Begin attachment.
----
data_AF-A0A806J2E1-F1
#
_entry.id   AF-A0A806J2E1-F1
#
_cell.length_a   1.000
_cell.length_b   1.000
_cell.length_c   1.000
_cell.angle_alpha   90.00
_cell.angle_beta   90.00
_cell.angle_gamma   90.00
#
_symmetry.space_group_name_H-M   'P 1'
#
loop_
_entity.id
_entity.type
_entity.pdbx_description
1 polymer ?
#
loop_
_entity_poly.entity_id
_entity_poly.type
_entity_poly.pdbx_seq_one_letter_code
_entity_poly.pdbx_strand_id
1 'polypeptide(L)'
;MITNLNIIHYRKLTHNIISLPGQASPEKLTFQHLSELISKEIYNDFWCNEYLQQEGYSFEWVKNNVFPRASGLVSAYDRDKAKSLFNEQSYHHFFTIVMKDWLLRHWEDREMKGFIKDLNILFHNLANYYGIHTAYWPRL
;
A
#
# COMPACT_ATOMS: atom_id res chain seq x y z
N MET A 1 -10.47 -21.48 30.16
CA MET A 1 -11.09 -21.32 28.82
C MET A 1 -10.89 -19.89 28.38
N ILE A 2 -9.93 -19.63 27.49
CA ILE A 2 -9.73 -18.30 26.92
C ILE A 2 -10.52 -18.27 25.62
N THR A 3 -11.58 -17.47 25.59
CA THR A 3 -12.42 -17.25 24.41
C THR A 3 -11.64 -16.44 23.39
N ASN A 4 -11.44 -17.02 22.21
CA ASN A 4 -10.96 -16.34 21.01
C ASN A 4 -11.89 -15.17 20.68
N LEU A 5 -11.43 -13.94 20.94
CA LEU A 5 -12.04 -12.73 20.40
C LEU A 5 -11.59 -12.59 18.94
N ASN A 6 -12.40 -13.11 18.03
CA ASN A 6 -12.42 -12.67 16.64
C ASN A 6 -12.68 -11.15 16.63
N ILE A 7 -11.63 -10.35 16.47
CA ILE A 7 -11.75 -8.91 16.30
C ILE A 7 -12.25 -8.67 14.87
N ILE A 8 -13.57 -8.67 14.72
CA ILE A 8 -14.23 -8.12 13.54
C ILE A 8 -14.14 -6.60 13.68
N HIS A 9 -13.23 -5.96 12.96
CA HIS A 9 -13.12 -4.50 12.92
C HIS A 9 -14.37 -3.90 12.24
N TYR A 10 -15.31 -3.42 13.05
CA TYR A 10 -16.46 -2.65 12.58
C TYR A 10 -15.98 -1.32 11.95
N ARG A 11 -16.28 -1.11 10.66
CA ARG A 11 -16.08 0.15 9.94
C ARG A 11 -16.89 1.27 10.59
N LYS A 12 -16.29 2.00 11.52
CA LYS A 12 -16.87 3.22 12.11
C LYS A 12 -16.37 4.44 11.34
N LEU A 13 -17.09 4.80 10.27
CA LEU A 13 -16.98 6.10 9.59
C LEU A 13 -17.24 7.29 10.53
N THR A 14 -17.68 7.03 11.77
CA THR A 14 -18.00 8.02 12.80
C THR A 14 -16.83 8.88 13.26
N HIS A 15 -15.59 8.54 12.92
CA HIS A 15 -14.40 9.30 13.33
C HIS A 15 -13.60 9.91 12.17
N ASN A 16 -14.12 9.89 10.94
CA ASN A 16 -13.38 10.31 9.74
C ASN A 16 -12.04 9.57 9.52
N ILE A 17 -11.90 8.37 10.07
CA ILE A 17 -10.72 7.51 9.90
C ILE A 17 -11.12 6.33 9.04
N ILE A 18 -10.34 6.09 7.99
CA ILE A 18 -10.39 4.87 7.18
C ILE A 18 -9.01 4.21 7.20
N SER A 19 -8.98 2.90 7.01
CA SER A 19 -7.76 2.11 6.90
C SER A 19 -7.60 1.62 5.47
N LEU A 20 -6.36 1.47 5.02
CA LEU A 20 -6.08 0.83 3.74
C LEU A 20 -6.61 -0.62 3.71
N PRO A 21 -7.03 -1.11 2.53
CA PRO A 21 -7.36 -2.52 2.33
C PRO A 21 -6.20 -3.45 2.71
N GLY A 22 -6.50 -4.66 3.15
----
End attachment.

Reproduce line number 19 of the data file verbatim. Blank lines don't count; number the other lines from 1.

#